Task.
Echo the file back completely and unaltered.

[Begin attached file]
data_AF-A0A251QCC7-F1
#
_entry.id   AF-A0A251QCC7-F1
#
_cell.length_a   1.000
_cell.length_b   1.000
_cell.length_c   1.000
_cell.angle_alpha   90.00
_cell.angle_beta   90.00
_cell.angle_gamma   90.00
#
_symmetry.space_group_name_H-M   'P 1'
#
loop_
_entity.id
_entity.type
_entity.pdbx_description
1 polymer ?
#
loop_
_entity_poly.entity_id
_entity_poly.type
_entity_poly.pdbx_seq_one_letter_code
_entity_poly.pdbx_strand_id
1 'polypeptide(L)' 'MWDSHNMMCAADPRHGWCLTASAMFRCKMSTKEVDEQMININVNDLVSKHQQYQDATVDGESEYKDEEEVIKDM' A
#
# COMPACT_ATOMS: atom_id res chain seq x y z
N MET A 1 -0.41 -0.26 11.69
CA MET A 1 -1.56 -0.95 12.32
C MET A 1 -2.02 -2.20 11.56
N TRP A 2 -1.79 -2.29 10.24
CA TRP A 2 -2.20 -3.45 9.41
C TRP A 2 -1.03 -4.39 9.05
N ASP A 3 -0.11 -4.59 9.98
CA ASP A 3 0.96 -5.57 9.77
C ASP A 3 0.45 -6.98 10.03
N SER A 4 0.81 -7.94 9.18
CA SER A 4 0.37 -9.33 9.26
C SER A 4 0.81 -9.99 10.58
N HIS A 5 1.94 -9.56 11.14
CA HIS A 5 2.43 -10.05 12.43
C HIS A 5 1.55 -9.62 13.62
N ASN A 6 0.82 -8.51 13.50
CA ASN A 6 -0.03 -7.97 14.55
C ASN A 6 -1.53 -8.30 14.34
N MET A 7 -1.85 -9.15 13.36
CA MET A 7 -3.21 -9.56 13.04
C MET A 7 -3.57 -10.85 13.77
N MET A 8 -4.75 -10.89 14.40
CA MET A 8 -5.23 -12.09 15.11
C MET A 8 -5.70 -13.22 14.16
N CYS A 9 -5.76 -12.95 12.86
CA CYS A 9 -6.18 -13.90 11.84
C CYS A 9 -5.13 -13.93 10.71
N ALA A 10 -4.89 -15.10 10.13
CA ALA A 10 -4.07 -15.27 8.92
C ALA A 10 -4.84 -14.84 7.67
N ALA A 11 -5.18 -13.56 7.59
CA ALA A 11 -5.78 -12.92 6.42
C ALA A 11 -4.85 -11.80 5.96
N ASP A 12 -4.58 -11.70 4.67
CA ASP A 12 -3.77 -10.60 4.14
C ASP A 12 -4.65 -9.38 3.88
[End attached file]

data_AF-A0A251QCC7-F1
#
_entry.id   AF-A0A251QCC7-F1
#
_cell.length_a   1.000
_cell.length_b   1.000
_cell.length_c   1.000
_cell.angle_alpha   90.00
_cell.angle_beta   90.00
_cell.angle_gamma   90.00
#
_symmetry.space_group_name_H-M   'P 1'
#
loop_
_entity.id
_entity.type
_entity.pdbx_description
1 polymer ?
#
loop_
_entity_poly.entity_id
_entity_poly.type
_entity_poly.pdbx_seq_one_letter_code
_entity_poly.pdbx_strand_id
1 'polypeptide(L)' 'MWDSHNMMCAADPRHGWCLTASAMFRCKMSTKEVDEQMININVNDLVSKHQQYQDATVDGESEYKDEEEVIKDM' A
#
# COMPACT_ATOMS: atom_id res chain seq x y z
N MET A 1 -0.41 -0.26 11.69
CA MET A 1 -1.56 -0.95 12.32
C MET A 1 -2.02 -2.20 11.56
N TRP A 2 -1.79 -2.29 10.24
CA TRP A 2 -2.20 -3.45 9.41
C TRP A 2 -1.03 -4.39 9.05
N ASP A 3 -0.11 -4.59 9.98
CA ASP A 3 0.96 -5.57 9.77
C ASP A 3 0.45 -6.98 10.03
N SER A 4 0.81 -7.94 9.18
CA SER A 4 0.37 -9.33 9.26
C SER A 4 0.81 -9.99 10.58
N HIS A 5 1.94 -9.56 11.14
CA HIS A 5 2.43 -10.05 12.43
C HIS A 5 1.55 -9.62 13.62
N ASN A 6 0.82 -8.51 13.50
CA ASN A 6 -0.03 -7.97 14.55
C ASN A 6 -1.53 -8.30 14.34
N MET A 7 -1.85 -9.15 13.36
CA MET A 7 -3.21 -9.56 13.04
C MET A 7 -3.57 -10.85 13.77
N MET A 8 -4.75 -10.89 14.40
CA MET A 8 -5.23 -12.09 15.11
C MET A 8 -5.70 -13.22 14.16
N CYS A 9 -5.76 -12.95 12.86
CA CYS A 9 -6.18 -13.90 11.84
C CYS A 9 -5.13 -13.93 10.71
N ALA A 10 -4.89 -15.10 10.13
CA ALA A 10 -4.07 -15.27 8.92
C ALA A 10 -4.84 -14.84 7.67
N ALA A 11 -5.18 -13.56 7.59
CA ALA A 11 -5.78 -12.92 6.42
C ALA A 11 -4.85 -11.80 5.96
N ASP A 12 -4.58 -11.70 4.67
CA ASP A 12 -3.77 -10.60 4.14
C ASP A 12 -4.65 -9.38 3.88